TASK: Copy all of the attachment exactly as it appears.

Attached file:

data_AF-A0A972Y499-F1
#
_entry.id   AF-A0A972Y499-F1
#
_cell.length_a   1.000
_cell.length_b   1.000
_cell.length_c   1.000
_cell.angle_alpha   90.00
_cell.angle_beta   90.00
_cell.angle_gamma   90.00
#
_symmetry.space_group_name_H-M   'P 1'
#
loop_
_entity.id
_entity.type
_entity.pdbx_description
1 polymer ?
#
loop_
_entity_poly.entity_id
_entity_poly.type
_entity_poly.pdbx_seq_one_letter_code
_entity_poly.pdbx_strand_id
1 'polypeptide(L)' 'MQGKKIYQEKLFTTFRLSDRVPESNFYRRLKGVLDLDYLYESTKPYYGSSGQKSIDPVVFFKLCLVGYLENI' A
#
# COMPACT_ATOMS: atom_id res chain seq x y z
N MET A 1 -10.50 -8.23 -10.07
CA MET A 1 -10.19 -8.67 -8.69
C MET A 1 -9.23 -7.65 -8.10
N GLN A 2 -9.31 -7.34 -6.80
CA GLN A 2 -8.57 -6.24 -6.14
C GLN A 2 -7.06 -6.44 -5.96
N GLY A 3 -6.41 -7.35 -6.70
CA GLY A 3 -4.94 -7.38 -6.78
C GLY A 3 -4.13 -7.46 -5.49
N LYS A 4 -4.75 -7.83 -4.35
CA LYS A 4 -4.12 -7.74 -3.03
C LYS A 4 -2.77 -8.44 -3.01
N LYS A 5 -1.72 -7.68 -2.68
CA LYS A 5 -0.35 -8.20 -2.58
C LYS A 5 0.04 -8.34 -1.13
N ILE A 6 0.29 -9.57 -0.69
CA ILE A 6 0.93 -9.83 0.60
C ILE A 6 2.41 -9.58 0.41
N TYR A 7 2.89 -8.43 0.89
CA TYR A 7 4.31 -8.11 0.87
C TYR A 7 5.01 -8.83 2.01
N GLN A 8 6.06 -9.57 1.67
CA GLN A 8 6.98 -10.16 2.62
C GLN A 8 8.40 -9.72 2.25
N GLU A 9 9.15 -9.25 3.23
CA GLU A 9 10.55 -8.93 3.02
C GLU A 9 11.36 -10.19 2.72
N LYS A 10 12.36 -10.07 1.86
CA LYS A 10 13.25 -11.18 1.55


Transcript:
data_AF-A0A972Y499-F1
#
_entry.id   AF-A0A972Y499-F1
#
_cell.length_a   1.000
_cell.length_b   1.000
_cell.length_c   1.000
_cell.angle_alpha   90.00
_cell.angle_beta   90.00
_cell.angle_gamma   90.00
#
_symmetry.space_group_name_H-M   'P 1'
#
loop_
_entity.id
_entity.type
_entity.pdbx_description
1 polymer ?
#
loop_
_entity_poly.entity_id
_entity_poly.type
_entity_poly.pdbx_seq_one_letter_code
_entity_poly.pdbx_strand_id
1 'polypeptide(L)' 'MQGKKIYQEKLFTTFRLSDRVPESNFYRRLKGVLDLDYLYESTKPYYGSSGQKSIDPVVFFKLCLVGYLENI' A
#
# COMPACT_ATOMS: atom_id res chain seq x y z
N MET A 1 -10.50 -8.23 -10.07
CA MET A 1 -10.19 -8.67 -8.69
C MET A 1 -9.23 -7.65 -8.10
N GLN A 2 -9.31 -7.34 -6.80
CA GLN A 2 -8.57 -6.24 -6.14
C GLN A 2 -7.06 -6.44 -5.96
N GLY A 3 -6.41 -7.35 -6.70
CA GLY A 3 -4.94 -7.38 -6.78
C GLY A 3 -4.13 -7.46 -5.49
N LYS A 4 -4.75 -7.83 -4.35
CA LYS A 4 -4.12 -7.74 -3.03
C LYS A 4 -2.77 -8.44 -3.01
N LYS A 5 -1.72 -7.68 -2.68
CA LYS A 5 -0.35 -8.20 -2.58
C LYS A 5 0.04 -8.34 -1.13
N ILE A 6 0.29 -9.57 -0.69
CA ILE A 6 0.93 -9.83 0.60
C ILE A 6 2.41 -9.58 0.41
N TYR A 7 2.89 -8.43 0.89
CA TYR A 7 4.31 -8.11 0.87
C TYR A 7 5.01 -8.83 2.01
N GLN A 8 6.06 -9.57 1.67
CA GLN A 8 6.98 -10.16 2.62
C GLN A 8 8.40 -9.72 2.25
N GLU A 9 9.15 -9.25 3.23
CA GLU A 9 10.55 -8.93 3.02
C GLU A 9 11.36 -10.19 2.72
N LYS A 10 12.36 -10.07 1.86
CA LYS A 10 13.25 -11.18 1.55